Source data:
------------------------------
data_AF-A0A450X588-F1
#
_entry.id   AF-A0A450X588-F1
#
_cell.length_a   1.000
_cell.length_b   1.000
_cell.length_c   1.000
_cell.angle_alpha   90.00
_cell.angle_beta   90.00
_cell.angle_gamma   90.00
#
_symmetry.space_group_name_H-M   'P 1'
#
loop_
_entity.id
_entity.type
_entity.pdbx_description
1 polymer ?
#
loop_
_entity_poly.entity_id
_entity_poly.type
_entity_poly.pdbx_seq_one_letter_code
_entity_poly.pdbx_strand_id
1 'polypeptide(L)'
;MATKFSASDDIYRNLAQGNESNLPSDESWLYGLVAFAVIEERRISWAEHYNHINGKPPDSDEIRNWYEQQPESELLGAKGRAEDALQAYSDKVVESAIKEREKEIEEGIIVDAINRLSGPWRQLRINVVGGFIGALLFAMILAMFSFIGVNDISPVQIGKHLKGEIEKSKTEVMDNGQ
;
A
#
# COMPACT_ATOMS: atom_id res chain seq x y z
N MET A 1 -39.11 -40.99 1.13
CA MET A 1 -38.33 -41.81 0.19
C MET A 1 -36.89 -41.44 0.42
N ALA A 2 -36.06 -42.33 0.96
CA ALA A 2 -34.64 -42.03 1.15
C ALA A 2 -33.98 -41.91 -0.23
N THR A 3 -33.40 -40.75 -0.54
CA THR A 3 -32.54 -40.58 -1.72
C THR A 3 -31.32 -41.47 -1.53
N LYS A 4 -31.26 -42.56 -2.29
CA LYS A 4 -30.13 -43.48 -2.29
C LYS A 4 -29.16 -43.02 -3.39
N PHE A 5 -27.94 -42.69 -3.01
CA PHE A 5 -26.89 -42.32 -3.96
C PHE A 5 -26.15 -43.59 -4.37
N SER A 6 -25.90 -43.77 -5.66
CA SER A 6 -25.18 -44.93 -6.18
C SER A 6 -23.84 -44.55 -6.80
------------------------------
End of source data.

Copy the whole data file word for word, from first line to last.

data_AF-A0A450X588-F1
#
_entry.id   AF-A0A450X588-F1
#
_cell.length_a   1.000
_cell.length_b   1.000
_cell.length_c   1.000
_cell.angle_alpha   90.00
_cell.angle_beta   90.00
_cell.angle_gamma   90.00
#
_symmetry.space_group_name_H-M   'P 1'
#
loop_
_entity.id
_entity.type
_entity.pdbx_description
1 polymer ?
#
loop_
_entity_poly.entity_id
_entity_poly.type
_entity_poly.pdbx_seq_one_letter_code
_entity_poly.pdbx_strand_id
1 'polypeptide(L)'
;MATKFSASDDIYRNLAQGNESNLPSDESWLYGLVAFAVIEERRISWAEHYNHINGKPPDSDEIRNWYEQQPESELLGAKGRAEDALQAYSDKVVESAIKEREKEIEEGIIVDAINRLSGPWRQLRINVVGGFIGALLFAMILAMFSFIGVNDISPVQIGKHLKGEIEKSKTEVMDNGQ
;
A
#
# COMPACT_ATOMS: atom_id res chain seq x y z
N MET A 1 -39.11 -40.99 1.13
CA MET A 1 -38.33 -41.81 0.19
C MET A 1 -36.89 -41.44 0.42
N ALA A 2 -36.06 -42.33 0.96
CA ALA A 2 -34.64 -42.03 1.15
C ALA A 2 -33.98 -41.91 -0.23
N THR A 3 -33.40 -40.75 -0.54
CA THR A 3 -32.54 -40.58 -1.72
C THR A 3 -31.32 -41.47 -1.53
N LYS A 4 -31.26 -42.56 -2.29
CA LYS A 4 -30.13 -43.48 -2.29
C LYS A 4 -29.16 -43.02 -3.39
N PHE A 5 -27.94 -42.69 -3.01
CA PHE A 5 -26.89 -42.32 -3.96
C PHE A 5 -26.15 -43.59 -4.37
N SER A 6 -25.90 -43.77 -5.66
CA SER A 6 -25.18 -44.93 -6.18
C SER A 6 -23.84 -44.55 -6.80